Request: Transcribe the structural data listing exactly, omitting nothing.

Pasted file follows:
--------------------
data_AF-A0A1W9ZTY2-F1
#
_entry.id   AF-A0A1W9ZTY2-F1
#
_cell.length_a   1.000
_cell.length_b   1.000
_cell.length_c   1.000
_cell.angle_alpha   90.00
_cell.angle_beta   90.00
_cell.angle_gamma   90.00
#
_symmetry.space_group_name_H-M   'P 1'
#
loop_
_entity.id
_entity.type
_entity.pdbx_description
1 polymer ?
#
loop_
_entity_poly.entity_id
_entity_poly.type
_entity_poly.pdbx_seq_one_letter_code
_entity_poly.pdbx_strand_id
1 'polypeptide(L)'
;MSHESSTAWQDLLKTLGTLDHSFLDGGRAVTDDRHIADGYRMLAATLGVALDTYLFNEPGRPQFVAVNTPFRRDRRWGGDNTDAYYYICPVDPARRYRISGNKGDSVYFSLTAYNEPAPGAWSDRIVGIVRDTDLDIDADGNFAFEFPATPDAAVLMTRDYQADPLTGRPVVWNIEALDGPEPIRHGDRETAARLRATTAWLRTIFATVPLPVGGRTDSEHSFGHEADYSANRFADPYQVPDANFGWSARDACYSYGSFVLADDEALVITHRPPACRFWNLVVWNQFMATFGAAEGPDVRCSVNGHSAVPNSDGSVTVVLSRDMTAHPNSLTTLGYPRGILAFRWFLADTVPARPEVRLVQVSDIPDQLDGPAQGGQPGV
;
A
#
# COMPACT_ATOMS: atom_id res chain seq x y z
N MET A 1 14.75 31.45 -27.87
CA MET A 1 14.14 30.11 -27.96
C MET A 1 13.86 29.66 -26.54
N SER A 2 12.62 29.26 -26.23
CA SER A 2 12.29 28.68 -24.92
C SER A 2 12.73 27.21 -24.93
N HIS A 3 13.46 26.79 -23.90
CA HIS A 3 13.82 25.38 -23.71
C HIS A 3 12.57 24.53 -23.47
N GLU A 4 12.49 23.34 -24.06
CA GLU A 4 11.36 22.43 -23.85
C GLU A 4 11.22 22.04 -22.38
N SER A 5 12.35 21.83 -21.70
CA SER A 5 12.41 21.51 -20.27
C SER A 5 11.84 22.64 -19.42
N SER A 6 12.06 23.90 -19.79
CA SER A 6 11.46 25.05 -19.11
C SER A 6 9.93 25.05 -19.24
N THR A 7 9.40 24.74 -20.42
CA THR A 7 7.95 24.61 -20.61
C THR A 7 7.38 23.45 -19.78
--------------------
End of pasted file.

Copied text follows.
data_AF-A0A1W9ZTY2-F1
#
_entry.id   AF-A0A1W9ZTY2-F1
#
_cell.length_a   1.000
_cell.length_b   1.000
_cell.length_c   1.000
_cell.angle_alpha   90.00
_cell.angle_beta   90.00
_cell.angle_gamma   90.00
#
_symmetry.space_group_name_H-M   'P 1'
#
loop_
_entity.id
_entity.type
_entity.pdbx_description
1 polymer ?
#
loop_
_entity_poly.entity_id
_entity_poly.type
_entity_poly.pdbx_seq_one_letter_code
_entity_poly.pdbx_strand_id
1 'polypeptide(L)'
;MSHESSTAWQDLLKTLGTLDHSFLDGGRAVTDDRHIADGYRMLAATLGVALDTYLFNEPGRPQFVAVNTPFRRDRRWGGDNTDAYYYICPVDPARRYRISGNKGDSVYFSLTAYNEPAPGAWSDRIVGIVRDTDLDIDADGNFAFEFPATPDAAVLMTRDYQADPLTGRPVVWNIEALDGPEPIRHGDRETAARLRATTAWLRTIFATVPLPVGGRTDSEHSFGHEADYSANRFADPYQVPDANFGWSARDACYSYGSFVLADDEALVITHRPPACRFWNLVVWNQFMATFGAAEGPDVRCSVNGHSAVPNSDGSVTVVLSRDMTAHPNSLTTLGYPRGILAFRWFLADTVPARPEVRLVQVSDIPDQLDGPAQGGQPGV
;
A
#
# COMPACT_ATOMS: atom_id res chain seq x y z
N MET A 1 14.75 31.45 -27.87
CA MET A 1 14.14 30.11 -27.96
C MET A 1 13.86 29.66 -26.54
N SER A 2 12.62 29.26 -26.23
CA SER A 2 12.29 28.68 -24.92
C SER A 2 12.73 27.21 -24.93
N HIS A 3 13.46 26.79 -23.90
CA HIS A 3 13.82 25.38 -23.71
C HIS A 3 12.57 24.53 -23.47
N GLU A 4 12.49 23.34 -24.06
CA GLU A 4 11.36 22.43 -23.85
C GLU A 4 11.22 22.04 -22.38
N SER A 5 12.35 21.83 -21.70
CA SER A 5 12.41 21.51 -20.27
C SER A 5 11.84 22.64 -19.42
N SER A 6 12.06 23.90 -19.79
CA SER A 6 11.46 25.05 -19.11
C SER A 6 9.93 25.05 -19.24
N THR A 7 9.40 24.74 -20.42
CA THR A 7 7.95 24.61 -20.61
C THR A 7 7.38 23.45 -19.78